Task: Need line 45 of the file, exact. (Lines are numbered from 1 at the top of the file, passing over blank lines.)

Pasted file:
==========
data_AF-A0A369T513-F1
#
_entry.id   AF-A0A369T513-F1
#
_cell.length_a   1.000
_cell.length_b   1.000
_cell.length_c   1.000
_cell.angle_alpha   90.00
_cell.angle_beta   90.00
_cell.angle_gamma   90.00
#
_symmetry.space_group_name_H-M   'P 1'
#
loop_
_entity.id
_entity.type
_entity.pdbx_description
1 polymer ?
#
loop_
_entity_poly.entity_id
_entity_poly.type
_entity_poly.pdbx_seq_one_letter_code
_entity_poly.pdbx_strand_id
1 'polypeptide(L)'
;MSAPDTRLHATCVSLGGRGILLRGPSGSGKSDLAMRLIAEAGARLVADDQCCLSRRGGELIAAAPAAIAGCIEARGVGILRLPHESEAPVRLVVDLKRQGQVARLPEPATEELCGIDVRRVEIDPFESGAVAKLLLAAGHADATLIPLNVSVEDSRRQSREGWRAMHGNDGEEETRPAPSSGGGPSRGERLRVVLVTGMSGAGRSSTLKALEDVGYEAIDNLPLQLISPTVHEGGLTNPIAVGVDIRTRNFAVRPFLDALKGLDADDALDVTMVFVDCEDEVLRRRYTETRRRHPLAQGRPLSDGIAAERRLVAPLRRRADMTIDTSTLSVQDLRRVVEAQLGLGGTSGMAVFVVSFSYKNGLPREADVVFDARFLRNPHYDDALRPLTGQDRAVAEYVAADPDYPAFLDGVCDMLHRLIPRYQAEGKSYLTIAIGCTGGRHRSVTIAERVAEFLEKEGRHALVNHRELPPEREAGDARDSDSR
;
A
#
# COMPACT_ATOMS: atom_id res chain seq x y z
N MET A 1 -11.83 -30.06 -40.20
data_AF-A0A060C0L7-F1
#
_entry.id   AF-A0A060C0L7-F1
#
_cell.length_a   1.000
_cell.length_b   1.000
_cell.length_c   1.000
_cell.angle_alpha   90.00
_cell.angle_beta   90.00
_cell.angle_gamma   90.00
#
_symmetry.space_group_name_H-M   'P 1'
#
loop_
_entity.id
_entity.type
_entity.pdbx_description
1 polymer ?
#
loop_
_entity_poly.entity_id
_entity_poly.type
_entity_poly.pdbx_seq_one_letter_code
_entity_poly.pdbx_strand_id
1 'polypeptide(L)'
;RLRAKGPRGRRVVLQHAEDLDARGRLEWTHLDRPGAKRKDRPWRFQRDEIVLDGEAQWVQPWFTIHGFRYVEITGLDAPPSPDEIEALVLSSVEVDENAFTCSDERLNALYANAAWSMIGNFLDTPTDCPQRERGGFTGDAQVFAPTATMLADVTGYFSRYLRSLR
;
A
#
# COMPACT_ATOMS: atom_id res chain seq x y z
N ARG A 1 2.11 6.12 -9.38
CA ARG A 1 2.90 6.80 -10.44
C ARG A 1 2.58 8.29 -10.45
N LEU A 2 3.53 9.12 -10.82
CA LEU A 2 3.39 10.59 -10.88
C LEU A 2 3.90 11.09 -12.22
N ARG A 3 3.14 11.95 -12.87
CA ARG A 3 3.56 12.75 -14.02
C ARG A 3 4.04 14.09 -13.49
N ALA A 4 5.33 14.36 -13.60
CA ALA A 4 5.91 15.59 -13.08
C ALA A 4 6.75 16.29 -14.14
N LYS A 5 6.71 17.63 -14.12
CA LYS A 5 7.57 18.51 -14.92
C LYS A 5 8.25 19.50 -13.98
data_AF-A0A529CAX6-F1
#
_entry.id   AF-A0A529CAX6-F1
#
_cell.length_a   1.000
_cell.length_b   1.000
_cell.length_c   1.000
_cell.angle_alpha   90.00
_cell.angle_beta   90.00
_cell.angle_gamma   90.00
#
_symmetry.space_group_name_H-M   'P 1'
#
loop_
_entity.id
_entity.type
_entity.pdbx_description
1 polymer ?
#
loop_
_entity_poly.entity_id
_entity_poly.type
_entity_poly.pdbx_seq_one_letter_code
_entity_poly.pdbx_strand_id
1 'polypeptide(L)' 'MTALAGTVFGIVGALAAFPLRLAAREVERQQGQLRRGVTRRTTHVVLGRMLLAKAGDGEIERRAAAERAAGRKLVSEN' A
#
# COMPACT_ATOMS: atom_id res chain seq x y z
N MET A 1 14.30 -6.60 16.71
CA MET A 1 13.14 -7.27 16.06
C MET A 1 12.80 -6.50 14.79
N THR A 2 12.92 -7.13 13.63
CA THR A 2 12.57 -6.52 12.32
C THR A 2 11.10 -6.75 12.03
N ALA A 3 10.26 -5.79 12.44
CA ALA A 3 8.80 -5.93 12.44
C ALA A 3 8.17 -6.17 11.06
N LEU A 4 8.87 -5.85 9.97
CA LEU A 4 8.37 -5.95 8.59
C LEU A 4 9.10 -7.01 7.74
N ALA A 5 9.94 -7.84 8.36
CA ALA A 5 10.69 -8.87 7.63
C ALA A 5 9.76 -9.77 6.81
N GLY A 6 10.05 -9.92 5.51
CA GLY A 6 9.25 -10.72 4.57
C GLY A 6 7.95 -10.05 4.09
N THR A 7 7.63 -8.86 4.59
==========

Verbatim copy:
loop_